Inflation figures in the United States and much of the world continue to hit highs not seen in nearly four decades.

The expectation of many specialists is that, by this time of year, inflationary pressures should have begun to give up some ground.

This expectation was based on the fact that, as of May, the bases of comparison would become easier since the upward trend in prices began with greater force from the second quarter of last year (annual inflation went from 1.7 to 5% between February and May last year).

Although the base of comparison in June will be a bit easier – annual inflation in June 2021 was 5.4% – the bases of comparison do not really improve until the last quarter of the year (annual inflation in the fourth quarter of 2021 average 7 percent).

Given this scenario, the Fed and the markets have been constantly revising their inflation expectations for the end of this year upwards. This strong upward revision of inflation expectations has been logically accompanied by a considerable increase in expectations for interest rates and a strong downward revision in economic growth estimates.

This situation has led a growing number of specialists to wonder if the Fed will be able to achieve a soft landing for the US economy. The “soft landing” involves bringing down inflation by tightening monetary policy, but without triggering a recession.

In the opinion of a growing number of specialists, the probability of a soft landing has been diminishing as it has become more evident that the Fed made monetary policy mistakes that it must correct.

It is true that inflationary pressures began with an exogenous supply shock following the impact of the pandemic on global supply chains and that this shock was amplified by the Russian invasion of Ukraine. It is also true that the Fed had nothing to do with these exogenous shocks. However, the Fed seems to have made a mistake in failing to recognize the magnitude of the inflation problem in time.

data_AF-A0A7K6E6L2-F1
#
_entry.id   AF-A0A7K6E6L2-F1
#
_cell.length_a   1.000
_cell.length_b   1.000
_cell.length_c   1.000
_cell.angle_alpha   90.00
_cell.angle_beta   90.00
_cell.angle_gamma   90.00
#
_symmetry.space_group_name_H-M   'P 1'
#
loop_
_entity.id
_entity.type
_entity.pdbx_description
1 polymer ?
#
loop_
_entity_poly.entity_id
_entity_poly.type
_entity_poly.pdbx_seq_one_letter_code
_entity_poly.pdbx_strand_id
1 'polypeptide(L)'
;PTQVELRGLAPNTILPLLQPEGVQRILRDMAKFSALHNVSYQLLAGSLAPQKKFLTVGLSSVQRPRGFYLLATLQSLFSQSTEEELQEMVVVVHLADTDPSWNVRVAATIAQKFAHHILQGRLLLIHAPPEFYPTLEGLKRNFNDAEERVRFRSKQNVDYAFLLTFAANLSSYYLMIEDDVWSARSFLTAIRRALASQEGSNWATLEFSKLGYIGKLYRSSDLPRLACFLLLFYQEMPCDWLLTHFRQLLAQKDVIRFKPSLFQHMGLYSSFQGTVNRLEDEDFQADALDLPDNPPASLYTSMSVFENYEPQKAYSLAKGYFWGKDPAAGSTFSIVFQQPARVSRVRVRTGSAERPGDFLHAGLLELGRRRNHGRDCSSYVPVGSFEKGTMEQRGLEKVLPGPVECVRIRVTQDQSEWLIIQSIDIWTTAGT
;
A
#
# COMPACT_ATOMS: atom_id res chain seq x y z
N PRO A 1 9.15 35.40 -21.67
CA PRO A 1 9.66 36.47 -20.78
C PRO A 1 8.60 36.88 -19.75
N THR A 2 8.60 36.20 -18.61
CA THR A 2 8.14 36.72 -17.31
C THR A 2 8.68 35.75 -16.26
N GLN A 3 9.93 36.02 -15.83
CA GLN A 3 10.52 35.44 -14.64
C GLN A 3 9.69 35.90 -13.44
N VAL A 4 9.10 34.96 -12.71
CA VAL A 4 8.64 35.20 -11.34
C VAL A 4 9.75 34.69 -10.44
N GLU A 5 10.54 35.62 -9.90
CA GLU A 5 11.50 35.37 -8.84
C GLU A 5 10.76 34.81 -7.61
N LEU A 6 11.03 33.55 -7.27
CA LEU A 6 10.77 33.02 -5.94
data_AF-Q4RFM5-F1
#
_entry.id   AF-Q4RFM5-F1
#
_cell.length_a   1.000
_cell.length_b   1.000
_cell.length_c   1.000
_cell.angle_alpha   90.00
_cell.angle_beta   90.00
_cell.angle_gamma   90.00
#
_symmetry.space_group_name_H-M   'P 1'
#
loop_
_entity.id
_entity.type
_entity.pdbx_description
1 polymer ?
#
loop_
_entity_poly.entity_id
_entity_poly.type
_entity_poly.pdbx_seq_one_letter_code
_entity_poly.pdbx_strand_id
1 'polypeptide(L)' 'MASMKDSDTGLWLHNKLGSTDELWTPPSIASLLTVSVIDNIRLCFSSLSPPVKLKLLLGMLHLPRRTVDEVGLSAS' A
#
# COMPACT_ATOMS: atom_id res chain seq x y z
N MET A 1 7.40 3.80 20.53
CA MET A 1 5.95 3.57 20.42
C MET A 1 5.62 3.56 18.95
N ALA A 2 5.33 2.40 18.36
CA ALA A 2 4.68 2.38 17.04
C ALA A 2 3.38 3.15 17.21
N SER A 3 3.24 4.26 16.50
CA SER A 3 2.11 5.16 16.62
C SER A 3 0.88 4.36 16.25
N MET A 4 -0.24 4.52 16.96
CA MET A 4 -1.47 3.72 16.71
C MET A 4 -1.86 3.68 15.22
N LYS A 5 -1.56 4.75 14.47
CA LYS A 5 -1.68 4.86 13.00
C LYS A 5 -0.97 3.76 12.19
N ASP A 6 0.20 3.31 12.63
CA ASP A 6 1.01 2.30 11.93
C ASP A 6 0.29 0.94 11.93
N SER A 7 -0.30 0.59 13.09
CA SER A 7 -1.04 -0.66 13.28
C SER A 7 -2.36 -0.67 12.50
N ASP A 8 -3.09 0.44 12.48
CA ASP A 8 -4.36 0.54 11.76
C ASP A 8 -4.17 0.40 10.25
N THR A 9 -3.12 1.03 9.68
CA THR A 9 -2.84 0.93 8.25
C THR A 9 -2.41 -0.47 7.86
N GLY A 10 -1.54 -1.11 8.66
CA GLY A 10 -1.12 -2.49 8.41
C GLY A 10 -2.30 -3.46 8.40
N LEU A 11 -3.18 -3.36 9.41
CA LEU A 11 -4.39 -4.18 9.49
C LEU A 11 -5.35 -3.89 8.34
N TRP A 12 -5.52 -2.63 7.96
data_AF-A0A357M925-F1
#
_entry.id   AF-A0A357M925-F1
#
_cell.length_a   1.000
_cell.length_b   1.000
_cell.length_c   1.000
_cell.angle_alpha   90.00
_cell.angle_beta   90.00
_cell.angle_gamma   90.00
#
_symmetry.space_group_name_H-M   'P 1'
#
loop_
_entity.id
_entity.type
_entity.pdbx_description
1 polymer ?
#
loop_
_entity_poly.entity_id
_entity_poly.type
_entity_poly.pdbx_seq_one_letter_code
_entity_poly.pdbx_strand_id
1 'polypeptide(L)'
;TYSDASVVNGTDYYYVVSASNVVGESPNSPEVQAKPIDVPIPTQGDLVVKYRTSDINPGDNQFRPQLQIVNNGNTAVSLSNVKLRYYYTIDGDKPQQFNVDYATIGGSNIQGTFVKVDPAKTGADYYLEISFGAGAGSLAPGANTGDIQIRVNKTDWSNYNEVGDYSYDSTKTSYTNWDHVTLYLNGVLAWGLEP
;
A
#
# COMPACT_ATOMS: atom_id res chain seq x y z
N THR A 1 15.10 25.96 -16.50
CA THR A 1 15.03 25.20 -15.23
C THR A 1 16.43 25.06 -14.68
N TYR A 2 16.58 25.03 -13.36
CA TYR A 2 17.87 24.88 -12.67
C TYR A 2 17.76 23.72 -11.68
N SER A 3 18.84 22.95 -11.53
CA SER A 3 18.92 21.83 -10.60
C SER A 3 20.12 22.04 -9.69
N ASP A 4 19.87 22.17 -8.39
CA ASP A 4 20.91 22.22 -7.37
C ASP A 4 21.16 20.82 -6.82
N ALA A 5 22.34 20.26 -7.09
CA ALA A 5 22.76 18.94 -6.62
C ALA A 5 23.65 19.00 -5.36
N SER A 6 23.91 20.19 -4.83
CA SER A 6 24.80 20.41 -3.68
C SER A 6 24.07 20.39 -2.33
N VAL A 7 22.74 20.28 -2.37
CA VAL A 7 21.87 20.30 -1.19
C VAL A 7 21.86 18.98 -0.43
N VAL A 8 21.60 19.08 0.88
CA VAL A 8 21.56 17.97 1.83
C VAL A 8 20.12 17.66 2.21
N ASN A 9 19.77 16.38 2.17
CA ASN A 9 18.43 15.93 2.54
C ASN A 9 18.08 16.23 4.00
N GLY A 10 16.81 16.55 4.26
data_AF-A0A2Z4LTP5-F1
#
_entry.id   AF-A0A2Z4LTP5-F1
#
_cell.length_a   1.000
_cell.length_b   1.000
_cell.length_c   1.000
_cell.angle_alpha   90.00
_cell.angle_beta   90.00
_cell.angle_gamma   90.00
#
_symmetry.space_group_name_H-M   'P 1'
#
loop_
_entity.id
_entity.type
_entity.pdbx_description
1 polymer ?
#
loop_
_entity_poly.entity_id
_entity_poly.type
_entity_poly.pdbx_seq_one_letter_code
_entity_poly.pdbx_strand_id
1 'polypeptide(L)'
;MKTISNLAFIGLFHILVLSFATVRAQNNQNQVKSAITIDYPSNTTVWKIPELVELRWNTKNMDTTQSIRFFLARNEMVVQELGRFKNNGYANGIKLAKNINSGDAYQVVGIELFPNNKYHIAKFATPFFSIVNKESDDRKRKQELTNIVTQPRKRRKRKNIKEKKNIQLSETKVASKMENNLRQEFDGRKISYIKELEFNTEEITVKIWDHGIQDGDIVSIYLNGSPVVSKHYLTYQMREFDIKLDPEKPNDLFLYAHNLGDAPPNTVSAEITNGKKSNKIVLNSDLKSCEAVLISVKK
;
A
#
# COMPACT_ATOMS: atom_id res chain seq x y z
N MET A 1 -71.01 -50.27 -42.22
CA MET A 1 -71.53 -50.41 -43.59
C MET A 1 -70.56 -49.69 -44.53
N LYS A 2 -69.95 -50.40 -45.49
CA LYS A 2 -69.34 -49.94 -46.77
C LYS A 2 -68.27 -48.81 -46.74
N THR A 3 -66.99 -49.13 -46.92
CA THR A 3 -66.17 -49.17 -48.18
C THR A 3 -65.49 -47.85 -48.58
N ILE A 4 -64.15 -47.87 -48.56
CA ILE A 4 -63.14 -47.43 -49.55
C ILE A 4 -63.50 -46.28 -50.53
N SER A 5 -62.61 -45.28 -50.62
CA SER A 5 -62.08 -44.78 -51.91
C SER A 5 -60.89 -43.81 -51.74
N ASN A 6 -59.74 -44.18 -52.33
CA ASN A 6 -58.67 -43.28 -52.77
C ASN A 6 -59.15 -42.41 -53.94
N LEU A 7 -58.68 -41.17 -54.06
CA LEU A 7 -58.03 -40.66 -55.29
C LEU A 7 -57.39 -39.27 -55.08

Although the Fed had nothing to do with the supply shock, its monetary policy decisions did have a lot to do, in conjunction with fiscal stimulus, in artificially stimulating aggregate demand. The error in the diagnosis contributed to the Fed maintaining monetary stimulus for too long.

Now, the Fed must correct the path and withdraw the stimuli in an accelerated manner. This implies tightening monetary policy in a sharp, and potentially disorderly way, rather than gradually.

In this sense, the Fed has lost credibility because it has had to constantly change its framework for macroeconomic estimates and future guidance on interest rates.

It is worth remembering that in less than six months the Fed has modified its 2022 macroeconomic framework significantly, increasing its guidance for the funding rate from 0.9 to 3.4%, while its inflation estimates increased from 2.6 to 5.2% and those of growth were cut from 4.0 to 1.7 percent.

A Fed with low credibility makes the market question its projections and therefore its responsiveness and effectiveness in terms of monetary policy. What makes the Fed’s task more complex is that the labor market is at full employment.

Although the Fed has no control over the disruptions in the supply chains or in the prices of energy and food raw materials, the loss of credibility and the situation of full employment in the labor market means that the inflationary shock, generated by the of the offer, could contaminate the processes of wage negotiations, pushing wages up and helping to entrench the cycle of inflationary pressures.

The three main economic blocs at the global level (United States, Europe and China) are in a process of simultaneous slowdown that could be exacerbated if inflationary pressures do not subside and central banks are forced to restrict monetary policy beyond what they have guided.

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Joaquin Lopez-Doriga Ostolaza

Managing Partner of EP Capital, SC

Without Borders

Joaquín López-Dóriga Ostolaza is the Managing Partner of EP Capital, SC, a consultancy specialized in mergers and acquisitions founded in 2009.

He is a graduate of the Bachelor of Economics from the Universidad Iberoamericana, where he graduated with honors and the highest average of his generation. He has a Master’s degree in Economics from the London School of Economics, where he was awarded the British Council Chevening Scholarship Award.

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